Investors are wary of making new hedge fund allocations after managers stumbled into their first quarterly loss of the year.
The industry declined 0.21 percent during the three months through September, dragged down by losses in August, according to a Preqin report Thursday. The number of hedge funds created in the third quarter dropped about 45 percent from the previous three months, “perhaps as managers put plans on ice in a difficult macroeconomic climate,” the alternatives data provider said in the report.
The majority of investors seems to be taking a “cautious approach” to the asset class, with 73 percent expecting to allocate less than $50 million in fresh capital to hedge funds over the next year, according to Preqin. Sixty-one percent of investors said they wanted more diverse portfolios regionally, and were seeking global mandates to mitigate geopolitical risks and heightened market volatility.
“As recessionary fears grow, the hedge fund sector is facing challenges – and opportunities – on multiple fronts,” Preqin said. “Long/short equity remains the most sought-after core strategy.”
Fifty-one percent of hedge fund mandates are targeting long-short equity over the next 12 months, the data tracker said. Macro is the next most popular strategy in fund searches, followed by multi-strategy hedge funds.
Macro was the best-performing core hedge fund strategy in the year through September, with a 5.61 percent return, according to Preqin. That’s more than double the 2.14 percent gain produced by hedge funds across all strategies over the same period, according to the firm’s benchmark index.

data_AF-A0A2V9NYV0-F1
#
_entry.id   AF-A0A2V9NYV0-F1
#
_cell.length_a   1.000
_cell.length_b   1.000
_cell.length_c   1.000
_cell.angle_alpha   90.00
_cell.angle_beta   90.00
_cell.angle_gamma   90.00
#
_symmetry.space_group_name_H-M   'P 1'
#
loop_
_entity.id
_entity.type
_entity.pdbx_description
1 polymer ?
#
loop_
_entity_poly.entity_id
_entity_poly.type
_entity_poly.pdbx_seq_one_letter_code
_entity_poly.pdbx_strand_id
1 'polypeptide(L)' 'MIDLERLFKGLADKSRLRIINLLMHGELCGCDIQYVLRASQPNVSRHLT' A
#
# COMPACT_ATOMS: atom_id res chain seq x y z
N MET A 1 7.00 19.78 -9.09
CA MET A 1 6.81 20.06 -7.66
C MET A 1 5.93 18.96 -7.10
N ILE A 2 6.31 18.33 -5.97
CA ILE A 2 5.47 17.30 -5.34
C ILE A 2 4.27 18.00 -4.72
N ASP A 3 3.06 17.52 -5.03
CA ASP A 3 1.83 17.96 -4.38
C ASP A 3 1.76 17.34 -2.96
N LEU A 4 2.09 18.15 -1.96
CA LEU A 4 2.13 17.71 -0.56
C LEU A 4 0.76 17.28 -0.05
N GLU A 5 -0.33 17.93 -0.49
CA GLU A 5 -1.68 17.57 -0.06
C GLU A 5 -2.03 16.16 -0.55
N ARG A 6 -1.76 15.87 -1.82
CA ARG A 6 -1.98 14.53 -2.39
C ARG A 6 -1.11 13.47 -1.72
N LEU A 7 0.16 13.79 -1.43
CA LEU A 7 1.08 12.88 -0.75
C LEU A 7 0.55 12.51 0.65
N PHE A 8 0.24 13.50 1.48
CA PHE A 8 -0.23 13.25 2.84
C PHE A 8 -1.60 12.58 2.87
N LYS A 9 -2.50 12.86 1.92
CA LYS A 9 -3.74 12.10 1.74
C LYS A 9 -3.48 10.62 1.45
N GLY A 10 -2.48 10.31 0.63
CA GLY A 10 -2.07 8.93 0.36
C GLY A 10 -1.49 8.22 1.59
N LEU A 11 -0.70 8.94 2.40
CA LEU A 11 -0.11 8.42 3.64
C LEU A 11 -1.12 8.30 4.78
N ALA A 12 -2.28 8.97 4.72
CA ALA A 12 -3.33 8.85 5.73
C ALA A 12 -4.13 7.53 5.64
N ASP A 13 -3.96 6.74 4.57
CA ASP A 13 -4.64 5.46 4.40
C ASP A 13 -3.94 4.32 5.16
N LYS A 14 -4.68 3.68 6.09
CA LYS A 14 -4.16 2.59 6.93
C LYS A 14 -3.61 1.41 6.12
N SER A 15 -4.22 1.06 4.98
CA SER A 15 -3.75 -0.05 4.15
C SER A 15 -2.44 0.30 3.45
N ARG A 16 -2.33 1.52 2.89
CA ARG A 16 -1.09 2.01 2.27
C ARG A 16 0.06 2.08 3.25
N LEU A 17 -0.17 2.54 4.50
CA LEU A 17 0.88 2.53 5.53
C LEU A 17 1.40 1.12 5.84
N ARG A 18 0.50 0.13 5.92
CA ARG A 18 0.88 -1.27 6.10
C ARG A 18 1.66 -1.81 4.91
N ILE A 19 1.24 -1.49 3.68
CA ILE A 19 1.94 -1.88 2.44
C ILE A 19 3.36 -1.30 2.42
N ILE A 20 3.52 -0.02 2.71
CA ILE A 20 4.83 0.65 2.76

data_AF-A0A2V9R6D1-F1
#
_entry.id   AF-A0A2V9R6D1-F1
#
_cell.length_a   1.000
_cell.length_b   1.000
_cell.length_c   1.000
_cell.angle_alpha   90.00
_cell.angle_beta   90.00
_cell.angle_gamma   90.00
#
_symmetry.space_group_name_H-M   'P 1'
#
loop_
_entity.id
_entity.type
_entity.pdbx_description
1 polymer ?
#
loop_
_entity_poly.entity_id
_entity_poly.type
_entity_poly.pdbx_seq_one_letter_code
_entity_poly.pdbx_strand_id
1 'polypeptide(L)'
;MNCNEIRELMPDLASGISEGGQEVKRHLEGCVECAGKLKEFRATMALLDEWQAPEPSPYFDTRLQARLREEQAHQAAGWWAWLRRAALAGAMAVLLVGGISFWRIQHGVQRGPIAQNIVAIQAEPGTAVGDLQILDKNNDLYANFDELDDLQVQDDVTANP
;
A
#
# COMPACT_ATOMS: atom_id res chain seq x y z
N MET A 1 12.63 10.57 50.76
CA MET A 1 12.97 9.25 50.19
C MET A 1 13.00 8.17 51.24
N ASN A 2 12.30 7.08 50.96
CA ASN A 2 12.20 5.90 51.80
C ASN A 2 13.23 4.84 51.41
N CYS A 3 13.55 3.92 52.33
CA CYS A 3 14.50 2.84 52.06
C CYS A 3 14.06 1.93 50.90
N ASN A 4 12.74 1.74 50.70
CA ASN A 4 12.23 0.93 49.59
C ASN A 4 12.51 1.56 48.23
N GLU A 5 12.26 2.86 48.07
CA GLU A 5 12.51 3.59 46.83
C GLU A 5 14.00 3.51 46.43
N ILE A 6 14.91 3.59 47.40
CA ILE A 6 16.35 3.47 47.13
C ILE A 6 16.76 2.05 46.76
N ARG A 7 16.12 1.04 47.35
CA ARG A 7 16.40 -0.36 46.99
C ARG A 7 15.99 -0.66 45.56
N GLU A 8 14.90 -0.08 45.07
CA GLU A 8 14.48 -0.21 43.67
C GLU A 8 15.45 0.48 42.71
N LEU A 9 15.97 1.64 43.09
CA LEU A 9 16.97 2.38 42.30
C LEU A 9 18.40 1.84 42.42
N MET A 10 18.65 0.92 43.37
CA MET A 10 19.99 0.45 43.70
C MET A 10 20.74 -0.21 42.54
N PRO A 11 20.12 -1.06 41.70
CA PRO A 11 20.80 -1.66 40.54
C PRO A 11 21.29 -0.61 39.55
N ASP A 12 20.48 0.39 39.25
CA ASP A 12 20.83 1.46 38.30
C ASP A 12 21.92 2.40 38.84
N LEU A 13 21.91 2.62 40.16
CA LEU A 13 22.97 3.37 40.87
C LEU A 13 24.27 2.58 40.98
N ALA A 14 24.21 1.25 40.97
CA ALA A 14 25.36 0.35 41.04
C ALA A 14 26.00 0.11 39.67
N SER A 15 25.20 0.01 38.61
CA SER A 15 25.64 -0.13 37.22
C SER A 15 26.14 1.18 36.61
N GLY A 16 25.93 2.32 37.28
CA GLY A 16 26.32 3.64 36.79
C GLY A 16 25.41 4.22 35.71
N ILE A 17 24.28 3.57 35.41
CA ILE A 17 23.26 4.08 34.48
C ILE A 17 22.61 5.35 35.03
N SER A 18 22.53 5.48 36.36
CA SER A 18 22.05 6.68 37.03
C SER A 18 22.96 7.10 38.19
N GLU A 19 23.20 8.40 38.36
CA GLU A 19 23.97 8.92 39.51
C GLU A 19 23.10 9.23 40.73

“The proportion of macro strategies funds also rose significantly between quarters,” Preqin said of the number of funds launched during the third quarter. “Perhaps investors are increasingly looking for downside protection.”
Hedge funds focused on credit strategies had the second biggest returns in the year through September at 3.96 percent, followed by multi-strategy at 2.95 percent, the report shows. The same categories were top performers in the third quarter with gains of about 1 percent each.
Event-driven hedge funds, meanwhile, saw the worst performance in the third-quarter, tumbling 1.36 percent to increase their losses to 1.5 percent for the year through September.
Investors have faced “an increasingly turbulent political backdrop,” while central banking moves haven’t quelled fears of an economic contraction, according to Preqin.
Two rate cuts by the Federal Reserve during the third quarter failed to “ignite investors,” the firm said. “When the U.S. yield curve inverted in August, fears of an impending recession intensified.”